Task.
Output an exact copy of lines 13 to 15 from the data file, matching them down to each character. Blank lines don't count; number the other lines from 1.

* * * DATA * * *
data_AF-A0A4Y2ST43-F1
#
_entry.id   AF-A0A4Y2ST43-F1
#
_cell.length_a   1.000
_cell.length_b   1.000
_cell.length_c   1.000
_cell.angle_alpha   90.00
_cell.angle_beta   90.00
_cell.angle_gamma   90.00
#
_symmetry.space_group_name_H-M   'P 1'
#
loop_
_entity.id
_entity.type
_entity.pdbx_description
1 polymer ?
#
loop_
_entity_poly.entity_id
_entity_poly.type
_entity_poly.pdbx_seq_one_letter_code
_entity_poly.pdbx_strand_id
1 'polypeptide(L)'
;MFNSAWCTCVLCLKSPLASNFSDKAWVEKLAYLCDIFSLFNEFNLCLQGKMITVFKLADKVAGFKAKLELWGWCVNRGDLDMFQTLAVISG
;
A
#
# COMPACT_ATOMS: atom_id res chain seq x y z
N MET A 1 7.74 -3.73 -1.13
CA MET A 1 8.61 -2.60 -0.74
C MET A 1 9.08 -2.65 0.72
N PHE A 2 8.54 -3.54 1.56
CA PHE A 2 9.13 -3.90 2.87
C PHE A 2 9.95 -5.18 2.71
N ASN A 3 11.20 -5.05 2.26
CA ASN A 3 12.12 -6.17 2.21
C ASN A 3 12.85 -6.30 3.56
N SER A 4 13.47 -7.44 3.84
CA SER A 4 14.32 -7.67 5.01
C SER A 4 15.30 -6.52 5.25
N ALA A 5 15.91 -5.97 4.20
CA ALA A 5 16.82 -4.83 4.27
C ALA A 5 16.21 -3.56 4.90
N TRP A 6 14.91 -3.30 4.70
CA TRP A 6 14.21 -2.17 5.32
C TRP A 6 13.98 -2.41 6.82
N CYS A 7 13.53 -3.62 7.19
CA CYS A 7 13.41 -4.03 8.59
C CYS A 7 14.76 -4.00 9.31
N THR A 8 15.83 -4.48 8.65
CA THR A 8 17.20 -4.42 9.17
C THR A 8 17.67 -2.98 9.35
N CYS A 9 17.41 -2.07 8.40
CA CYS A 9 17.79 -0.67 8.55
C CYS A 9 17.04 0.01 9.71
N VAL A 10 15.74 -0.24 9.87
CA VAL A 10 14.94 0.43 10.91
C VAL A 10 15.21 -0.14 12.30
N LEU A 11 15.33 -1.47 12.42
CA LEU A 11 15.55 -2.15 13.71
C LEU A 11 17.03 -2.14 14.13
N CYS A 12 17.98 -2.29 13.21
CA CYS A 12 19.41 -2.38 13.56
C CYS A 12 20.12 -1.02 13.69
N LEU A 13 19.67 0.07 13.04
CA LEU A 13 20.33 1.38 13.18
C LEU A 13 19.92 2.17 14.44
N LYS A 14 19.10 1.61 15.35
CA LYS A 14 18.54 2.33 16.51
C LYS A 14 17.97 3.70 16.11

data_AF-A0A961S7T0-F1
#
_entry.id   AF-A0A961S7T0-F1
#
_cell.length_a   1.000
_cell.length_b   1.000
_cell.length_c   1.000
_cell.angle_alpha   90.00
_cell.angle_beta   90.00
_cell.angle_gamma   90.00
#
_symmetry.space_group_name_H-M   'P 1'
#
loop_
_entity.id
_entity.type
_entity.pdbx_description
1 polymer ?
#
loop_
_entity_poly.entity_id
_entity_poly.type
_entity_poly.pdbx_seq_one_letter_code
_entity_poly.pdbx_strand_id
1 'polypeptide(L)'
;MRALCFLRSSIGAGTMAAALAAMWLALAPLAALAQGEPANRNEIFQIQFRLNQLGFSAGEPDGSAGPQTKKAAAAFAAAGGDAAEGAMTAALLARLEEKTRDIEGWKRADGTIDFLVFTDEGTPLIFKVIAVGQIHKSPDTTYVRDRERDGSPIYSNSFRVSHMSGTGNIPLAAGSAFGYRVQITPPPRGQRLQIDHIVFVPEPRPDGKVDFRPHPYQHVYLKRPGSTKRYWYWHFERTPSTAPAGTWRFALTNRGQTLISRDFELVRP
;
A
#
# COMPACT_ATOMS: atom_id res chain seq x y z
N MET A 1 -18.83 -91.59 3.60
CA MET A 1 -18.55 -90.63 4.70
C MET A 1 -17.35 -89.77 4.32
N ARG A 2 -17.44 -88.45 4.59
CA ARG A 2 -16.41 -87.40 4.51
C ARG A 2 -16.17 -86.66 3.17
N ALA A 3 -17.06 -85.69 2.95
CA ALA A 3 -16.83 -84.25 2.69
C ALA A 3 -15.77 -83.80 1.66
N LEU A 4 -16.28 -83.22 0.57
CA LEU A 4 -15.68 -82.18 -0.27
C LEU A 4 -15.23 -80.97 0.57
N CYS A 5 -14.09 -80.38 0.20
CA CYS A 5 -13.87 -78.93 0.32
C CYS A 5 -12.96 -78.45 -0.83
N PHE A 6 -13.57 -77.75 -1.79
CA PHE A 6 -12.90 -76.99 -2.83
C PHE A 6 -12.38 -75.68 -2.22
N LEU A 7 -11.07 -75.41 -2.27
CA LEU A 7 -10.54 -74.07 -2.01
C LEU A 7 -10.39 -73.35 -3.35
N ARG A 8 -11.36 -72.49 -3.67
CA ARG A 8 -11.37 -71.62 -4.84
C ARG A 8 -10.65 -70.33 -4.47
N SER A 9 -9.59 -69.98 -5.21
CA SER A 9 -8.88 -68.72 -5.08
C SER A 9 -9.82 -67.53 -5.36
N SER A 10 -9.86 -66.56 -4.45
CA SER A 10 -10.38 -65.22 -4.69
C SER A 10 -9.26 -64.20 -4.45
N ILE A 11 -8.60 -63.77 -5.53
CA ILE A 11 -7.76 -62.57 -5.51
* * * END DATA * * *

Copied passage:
#
loop_
_entity.id